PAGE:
You Can’t Talk About That at Work: Tackling Financial FAQs

Insight By
Mike Iley
Retirement Plans
Talking about money is tricky, especially at work. While it may seem too personal for work and easier to avoid the conversation, the effects can have a lasting effect on a company.

More and more forward-thinking employers are starting to overcome the stigma that surrounds talking about finances at work. They are putting to rest their fear of overstepping boundaries because employees strongly value financial guidance at work. In fact, 87% of employees want help and nearly 9 out of 10 take advantage of financial wellness services when offered.[1]

Stress Impacting the Bottom Line

It is well documented that financial stress can cause a myriad of workplace complications. Stress can have a cascading effect; for example, 4 in 10 employees experience health issues or loss of sleep due to financial stress, which in turn leads to a $400 annual increase in healthcare costs per stressed employee.[2]

Stress also has a way of consuming productivity; 3 in 10 employees admit that financial stress has impacted their job performance, and they spend three to four hours a week at work dealing with their finances.[3]  That’s 150 hours of lost productivity per stressed employee per year.  That’s a lot!  

The Elephant in the Room  

When companies are up against a complex problem like financial stress, how do they start attacking the problem? Like the saying goes, you have to eat the elephant one bite at a time. Financial guidance and education is a great ways to start combating the problem.  

One of the most important areas of concern for employees is retirement readiness, so employers need to emphasize communication around the topic.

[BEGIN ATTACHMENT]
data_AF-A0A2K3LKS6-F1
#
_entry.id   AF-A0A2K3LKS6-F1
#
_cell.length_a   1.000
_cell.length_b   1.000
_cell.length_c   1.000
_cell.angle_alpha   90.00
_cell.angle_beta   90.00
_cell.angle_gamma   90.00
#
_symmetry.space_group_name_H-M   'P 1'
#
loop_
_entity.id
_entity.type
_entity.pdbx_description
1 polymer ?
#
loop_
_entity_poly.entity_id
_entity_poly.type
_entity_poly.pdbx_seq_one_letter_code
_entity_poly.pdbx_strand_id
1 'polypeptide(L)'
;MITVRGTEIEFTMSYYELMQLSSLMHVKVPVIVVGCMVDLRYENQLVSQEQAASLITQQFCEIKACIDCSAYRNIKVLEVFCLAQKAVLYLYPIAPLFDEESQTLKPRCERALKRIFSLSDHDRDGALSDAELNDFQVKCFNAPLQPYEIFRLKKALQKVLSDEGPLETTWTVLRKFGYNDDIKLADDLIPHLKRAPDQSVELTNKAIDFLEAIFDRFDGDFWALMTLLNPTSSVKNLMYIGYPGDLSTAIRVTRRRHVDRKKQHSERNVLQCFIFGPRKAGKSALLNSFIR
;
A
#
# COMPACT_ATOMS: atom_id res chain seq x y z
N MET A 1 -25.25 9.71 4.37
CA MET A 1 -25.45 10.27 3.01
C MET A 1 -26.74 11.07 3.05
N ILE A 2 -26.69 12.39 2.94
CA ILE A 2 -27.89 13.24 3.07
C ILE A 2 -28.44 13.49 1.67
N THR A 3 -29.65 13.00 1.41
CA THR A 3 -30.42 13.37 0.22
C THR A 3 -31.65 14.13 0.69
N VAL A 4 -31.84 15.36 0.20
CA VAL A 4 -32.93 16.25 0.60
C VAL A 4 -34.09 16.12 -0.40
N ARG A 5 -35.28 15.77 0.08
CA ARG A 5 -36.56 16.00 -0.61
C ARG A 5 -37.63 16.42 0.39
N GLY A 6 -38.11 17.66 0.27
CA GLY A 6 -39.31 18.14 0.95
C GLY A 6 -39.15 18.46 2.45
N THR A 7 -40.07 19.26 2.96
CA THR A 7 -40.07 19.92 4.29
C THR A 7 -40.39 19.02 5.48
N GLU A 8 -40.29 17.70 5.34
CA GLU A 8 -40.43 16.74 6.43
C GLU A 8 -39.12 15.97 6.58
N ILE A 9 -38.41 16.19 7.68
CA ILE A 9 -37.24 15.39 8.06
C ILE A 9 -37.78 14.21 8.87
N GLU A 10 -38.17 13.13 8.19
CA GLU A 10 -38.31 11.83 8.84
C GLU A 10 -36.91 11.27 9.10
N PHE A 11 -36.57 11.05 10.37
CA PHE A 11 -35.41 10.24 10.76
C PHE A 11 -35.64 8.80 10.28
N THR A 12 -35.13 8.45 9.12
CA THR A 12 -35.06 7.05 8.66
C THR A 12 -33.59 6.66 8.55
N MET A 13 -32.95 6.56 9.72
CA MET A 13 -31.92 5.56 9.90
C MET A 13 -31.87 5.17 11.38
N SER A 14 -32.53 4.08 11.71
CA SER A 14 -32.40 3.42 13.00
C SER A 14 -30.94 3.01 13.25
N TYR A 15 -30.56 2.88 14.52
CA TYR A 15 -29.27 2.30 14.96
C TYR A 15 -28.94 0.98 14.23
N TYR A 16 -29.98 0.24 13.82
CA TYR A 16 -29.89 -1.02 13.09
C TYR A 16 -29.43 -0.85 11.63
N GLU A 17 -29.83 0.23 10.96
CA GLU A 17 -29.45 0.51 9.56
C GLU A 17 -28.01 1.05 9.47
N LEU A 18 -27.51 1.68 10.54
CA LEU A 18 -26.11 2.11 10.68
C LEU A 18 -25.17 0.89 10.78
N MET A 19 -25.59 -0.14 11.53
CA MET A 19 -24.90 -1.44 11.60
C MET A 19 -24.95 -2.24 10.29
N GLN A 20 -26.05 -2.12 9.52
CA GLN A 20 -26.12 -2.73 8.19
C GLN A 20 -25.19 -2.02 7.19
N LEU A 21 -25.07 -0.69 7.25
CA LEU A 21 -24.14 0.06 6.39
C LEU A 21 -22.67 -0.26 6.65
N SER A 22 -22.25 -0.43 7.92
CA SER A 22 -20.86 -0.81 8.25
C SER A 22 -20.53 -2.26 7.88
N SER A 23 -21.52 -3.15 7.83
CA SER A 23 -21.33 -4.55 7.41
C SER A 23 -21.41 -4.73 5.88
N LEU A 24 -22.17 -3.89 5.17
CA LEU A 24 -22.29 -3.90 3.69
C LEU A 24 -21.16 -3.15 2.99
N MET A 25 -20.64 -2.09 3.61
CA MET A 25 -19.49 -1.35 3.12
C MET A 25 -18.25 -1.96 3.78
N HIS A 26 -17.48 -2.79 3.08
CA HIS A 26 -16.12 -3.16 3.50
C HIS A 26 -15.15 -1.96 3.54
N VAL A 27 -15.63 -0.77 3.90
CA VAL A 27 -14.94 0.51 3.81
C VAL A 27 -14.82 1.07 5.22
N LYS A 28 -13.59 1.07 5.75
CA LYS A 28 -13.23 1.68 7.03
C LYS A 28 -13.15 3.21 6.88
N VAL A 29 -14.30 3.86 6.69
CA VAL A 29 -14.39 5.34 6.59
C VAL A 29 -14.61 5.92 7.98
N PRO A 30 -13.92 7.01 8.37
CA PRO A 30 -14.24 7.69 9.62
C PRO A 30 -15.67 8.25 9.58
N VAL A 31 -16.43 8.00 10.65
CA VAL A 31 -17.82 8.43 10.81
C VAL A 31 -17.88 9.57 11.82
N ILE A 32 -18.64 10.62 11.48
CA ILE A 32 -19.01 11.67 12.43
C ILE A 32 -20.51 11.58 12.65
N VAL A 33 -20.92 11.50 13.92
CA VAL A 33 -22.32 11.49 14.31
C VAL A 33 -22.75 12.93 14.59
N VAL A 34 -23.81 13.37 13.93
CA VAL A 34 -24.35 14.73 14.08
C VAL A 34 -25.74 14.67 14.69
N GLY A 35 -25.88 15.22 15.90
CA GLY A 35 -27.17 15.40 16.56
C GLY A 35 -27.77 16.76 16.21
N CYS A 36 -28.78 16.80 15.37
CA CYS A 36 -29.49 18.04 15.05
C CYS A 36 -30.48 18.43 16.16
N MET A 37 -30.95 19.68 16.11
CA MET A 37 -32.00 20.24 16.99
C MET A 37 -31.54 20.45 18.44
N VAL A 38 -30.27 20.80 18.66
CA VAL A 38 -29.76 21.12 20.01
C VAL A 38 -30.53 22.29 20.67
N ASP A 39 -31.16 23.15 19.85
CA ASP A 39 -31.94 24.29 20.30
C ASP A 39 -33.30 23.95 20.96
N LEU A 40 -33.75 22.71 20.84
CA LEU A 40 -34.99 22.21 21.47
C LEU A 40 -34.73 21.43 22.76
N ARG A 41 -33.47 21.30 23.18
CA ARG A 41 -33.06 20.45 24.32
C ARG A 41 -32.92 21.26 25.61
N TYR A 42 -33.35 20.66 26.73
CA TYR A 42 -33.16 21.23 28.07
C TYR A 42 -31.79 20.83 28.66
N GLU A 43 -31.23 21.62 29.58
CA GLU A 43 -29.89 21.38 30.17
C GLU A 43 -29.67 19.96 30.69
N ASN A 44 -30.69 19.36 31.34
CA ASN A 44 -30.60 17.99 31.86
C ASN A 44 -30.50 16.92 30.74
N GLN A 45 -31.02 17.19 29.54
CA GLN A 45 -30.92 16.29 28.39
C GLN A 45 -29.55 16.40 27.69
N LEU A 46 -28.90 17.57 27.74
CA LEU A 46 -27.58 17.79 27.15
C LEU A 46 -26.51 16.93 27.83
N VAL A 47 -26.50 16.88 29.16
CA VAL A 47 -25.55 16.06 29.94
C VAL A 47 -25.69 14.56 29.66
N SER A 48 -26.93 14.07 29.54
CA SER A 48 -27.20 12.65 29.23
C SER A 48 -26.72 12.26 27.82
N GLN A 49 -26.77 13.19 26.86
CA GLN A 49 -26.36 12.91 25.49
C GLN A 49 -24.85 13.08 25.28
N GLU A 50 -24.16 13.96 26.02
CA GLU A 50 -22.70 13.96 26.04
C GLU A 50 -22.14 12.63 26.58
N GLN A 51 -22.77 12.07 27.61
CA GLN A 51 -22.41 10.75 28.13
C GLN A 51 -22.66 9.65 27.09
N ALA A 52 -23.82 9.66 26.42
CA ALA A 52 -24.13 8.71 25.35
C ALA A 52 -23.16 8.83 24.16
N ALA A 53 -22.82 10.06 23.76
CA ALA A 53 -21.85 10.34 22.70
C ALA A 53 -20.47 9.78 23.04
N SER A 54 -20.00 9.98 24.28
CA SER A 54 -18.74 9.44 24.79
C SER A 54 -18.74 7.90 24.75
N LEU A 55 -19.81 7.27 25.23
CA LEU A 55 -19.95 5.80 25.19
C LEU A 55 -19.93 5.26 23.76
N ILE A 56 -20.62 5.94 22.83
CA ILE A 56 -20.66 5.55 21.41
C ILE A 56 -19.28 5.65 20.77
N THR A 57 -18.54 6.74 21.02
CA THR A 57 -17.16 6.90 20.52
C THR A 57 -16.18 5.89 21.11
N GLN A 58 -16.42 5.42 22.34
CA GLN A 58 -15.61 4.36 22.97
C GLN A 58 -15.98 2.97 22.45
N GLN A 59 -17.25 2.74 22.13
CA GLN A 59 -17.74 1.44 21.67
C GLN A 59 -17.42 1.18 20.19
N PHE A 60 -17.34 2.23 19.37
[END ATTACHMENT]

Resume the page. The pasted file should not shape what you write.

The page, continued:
Good employee communication is a must, especially letting them know there is no such thing as a “stupid” question. Emphasize that they shouldn’t be hesitant or embarrassed to ask the questions on their minds. Here are some questions employees might ask about saving, investing, and planning for retirement.

Tackling Employee FAQs

Why save for retirement? First, to help you in the event of an emergency or for large-ticket items such as a house or car. It is also very important is to save for retirement if your goal is to be financially secure when you’re no longer working. You don’t want to depend on Social Security for your total retirement income.

When should I start saving for retirement? Now. The sooner the better. It’s easy to see retirement as something in the future and not an important event you need to start preparing for at an early age. Additionally, if you don’t know how to start, what to invest in or understand the power of compound interest, you might feel like putting it off. Schedule time with your financial advisor at LoVasco if you don’t understand your plan.

What is compound interest? Compound interest is interest paid not only on the money you’ve invested, but on the interest you’ve already earned. Because of compound interest, even small amounts become larger over time.